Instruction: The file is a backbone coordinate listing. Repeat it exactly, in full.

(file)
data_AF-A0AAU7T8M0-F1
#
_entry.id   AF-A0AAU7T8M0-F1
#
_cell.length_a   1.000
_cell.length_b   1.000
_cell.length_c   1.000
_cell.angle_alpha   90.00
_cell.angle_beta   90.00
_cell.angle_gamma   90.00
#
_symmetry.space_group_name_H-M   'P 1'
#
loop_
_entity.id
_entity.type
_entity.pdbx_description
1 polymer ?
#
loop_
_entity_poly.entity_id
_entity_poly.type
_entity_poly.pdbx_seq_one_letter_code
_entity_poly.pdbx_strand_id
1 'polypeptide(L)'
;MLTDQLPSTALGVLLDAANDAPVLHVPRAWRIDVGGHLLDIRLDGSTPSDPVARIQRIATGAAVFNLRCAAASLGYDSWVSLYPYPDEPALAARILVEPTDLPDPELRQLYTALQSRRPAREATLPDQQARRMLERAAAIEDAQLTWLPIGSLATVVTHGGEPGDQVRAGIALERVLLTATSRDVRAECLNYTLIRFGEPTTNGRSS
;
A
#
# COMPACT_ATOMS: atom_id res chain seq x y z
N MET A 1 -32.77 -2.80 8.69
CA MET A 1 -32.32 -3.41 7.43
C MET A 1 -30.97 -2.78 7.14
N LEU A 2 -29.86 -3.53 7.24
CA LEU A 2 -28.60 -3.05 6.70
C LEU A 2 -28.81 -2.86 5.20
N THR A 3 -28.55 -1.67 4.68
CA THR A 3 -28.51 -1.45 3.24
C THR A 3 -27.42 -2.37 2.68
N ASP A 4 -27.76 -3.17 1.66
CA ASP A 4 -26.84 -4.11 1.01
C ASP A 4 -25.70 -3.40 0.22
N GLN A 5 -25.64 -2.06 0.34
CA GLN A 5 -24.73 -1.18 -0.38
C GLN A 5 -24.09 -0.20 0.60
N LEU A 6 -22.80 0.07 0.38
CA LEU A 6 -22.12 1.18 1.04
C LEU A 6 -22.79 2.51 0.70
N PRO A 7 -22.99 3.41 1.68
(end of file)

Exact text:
data_AF-A0AAU7T8M0-F1
#
_entry.id   AF-A0AAU7T8M0-F1
#
_cell.length_a   1.000
_cell.length_b   1.000
_cell.length_c   1.000
_cell.angle_alpha   90.00
_cell.angle_beta   90.00
_cell.angle_gamma   90.00
#
_symmetry.space_group_name_H-M   'P 1'
#
loop_
_entity.id
_entity.type
_entity.pdbx_description
1 polymer ?
#
loop_
_entity_poly.entity_id
_entity_poly.type
_entity_poly.pdbx_seq_one_letter_code
_entity_poly.pdbx_strand_id
1 'polypeptide(L)'
;MLTDQLPSTALGVLLDAANDAPVLHVPRAWRIDVGGHLLDIRLDGSTPSDPVARIQRIATGAAVFNLRCAAASLGYDSWVSLYPYPDEPALAARILVEPTDLPDPELRQLYTALQSRRPAREATLPDQQARRMLERAAAIEDAQLTWLPIGSLATVVTHGGEPGDQVRAGIALERVLLTATSRDVRAECLNYTLIRFGEPTTNGRSS
;
A
#
# COMPACT_ATOMS: atom_id res chain seq x y z
N MET A 1 -32.77 -2.80 8.69
CA MET A 1 -32.32 -3.41 7.43
C MET A 1 -30.97 -2.78 7.14
N LEU A 2 -29.86 -3.53 7.24
CA LEU A 2 -28.60 -3.05 6.70
C LEU A 2 -28.81 -2.86 5.20
N THR A 3 -28.55 -1.67 4.68
CA THR A 3 -28.51 -1.45 3.24
C THR A 3 -27.42 -2.37 2.68
N ASP A 4 -27.76 -3.17 1.66
CA ASP A 4 -26.84 -4.11 1.01
C ASP A 4 -25.70 -3.40 0.22
N GLN A 5 -25.64 -2.06 0.34
CA GLN A 5 -24.73 -1.18 -0.38
C GLN A 5 -24.09 -0.20 0.60
N LEU A 6 -22.80 0.07 0.38
CA LEU A 6 -22.12 1.18 1.04
C LEU A 6 -22.79 2.51 0.70
N PRO A 7 -22.99 3.41 1.68